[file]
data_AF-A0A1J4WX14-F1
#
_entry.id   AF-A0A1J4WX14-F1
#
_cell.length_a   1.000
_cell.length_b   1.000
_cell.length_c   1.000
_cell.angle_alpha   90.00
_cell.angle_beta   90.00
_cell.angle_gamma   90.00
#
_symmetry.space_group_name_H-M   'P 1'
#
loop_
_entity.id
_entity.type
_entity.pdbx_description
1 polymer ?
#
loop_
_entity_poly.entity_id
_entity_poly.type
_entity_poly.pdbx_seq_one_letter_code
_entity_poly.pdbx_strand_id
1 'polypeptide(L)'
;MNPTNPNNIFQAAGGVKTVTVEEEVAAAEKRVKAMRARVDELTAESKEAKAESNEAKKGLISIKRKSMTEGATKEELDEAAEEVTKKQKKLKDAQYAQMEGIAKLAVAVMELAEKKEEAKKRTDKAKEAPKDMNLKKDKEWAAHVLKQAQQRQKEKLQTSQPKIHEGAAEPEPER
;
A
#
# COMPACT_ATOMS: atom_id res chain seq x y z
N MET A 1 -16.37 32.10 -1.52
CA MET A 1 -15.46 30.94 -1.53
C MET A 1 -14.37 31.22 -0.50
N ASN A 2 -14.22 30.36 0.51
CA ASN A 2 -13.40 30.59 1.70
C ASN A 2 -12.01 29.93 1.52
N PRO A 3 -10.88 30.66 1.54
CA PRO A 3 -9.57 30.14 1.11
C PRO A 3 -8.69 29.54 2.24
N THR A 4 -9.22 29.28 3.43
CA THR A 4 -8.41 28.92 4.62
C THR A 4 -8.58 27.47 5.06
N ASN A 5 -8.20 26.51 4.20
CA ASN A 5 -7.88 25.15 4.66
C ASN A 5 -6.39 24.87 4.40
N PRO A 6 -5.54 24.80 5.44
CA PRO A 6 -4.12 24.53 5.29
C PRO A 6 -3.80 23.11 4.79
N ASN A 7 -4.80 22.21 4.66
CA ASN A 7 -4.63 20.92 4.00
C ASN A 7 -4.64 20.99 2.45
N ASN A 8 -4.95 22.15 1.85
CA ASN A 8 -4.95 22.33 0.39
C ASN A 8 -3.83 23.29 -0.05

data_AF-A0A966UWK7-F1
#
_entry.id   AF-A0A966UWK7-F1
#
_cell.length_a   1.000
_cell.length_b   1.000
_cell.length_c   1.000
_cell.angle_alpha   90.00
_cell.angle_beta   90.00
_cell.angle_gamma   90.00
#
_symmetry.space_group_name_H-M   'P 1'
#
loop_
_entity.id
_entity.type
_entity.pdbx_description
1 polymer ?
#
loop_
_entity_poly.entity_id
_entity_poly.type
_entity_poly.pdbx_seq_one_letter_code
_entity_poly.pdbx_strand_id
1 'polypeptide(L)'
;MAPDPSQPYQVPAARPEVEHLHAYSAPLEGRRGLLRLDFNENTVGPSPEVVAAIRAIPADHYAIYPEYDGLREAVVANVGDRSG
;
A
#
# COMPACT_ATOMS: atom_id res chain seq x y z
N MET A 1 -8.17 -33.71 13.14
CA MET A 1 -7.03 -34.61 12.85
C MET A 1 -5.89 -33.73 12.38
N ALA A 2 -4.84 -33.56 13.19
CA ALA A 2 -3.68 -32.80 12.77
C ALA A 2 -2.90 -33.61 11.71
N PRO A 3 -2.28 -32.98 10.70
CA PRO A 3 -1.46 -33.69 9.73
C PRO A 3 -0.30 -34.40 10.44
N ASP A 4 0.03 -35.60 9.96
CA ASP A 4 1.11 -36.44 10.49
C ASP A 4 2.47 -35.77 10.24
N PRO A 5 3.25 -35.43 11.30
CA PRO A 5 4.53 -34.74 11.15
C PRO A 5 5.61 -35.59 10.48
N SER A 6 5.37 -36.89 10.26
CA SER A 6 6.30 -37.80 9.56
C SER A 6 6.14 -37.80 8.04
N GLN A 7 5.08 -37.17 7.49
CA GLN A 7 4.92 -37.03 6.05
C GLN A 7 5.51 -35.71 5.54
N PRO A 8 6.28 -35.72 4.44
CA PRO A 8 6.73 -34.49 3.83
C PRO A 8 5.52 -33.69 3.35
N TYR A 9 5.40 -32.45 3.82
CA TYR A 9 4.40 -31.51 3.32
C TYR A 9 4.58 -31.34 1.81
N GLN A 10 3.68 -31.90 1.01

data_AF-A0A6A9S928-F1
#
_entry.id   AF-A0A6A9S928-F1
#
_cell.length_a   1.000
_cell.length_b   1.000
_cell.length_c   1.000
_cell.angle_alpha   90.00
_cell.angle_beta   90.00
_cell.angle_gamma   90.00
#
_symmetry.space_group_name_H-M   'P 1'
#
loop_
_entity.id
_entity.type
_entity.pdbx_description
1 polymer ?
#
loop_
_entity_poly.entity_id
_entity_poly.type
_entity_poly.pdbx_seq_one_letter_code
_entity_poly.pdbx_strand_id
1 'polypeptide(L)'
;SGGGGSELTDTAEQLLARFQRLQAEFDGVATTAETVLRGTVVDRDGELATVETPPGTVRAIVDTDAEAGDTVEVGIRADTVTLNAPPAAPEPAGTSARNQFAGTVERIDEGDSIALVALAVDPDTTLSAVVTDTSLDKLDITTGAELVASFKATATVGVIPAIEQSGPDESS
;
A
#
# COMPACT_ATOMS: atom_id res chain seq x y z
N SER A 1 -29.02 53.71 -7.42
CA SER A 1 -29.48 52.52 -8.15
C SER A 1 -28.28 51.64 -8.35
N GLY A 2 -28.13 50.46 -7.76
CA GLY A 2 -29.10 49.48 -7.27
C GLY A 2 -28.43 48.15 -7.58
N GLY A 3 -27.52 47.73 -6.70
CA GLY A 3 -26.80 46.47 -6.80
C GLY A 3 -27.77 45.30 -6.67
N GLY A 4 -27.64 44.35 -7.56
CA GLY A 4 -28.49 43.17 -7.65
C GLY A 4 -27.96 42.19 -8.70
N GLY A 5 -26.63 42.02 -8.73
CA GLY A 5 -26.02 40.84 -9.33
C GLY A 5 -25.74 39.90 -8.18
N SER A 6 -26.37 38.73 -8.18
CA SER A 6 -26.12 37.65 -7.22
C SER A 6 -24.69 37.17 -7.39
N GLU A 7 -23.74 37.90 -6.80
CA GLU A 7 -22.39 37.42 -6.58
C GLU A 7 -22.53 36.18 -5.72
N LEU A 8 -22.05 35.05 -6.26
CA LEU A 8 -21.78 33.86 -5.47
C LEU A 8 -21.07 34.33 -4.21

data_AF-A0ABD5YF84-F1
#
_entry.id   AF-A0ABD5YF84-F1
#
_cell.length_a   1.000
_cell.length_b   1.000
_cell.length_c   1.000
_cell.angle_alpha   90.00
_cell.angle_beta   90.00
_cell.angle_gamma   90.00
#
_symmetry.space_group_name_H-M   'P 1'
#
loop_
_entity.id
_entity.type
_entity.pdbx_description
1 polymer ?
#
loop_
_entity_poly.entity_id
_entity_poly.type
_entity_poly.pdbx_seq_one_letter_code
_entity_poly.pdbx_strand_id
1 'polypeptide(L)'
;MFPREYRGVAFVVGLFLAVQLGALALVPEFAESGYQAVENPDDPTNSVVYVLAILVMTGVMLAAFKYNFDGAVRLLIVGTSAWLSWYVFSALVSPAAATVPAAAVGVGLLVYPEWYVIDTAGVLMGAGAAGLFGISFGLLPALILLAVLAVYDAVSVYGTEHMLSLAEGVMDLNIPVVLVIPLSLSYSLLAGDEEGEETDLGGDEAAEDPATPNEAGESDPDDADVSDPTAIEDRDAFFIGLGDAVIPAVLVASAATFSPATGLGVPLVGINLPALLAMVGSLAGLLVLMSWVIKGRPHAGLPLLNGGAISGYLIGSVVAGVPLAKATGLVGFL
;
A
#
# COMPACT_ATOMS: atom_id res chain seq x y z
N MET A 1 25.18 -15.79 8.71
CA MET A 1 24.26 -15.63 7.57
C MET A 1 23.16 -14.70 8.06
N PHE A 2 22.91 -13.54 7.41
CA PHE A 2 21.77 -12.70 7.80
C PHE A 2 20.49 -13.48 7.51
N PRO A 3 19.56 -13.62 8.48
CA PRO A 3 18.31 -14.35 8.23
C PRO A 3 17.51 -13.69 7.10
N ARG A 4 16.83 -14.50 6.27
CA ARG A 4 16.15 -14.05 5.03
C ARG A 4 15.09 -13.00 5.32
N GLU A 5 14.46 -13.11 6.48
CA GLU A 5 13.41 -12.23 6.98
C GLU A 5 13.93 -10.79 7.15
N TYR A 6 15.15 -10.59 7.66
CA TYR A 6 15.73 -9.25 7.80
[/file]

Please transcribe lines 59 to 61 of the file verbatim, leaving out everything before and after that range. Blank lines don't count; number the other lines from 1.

_cell.length_a   1.000
_cell.length_b   1.000
_cell.length_c   1.000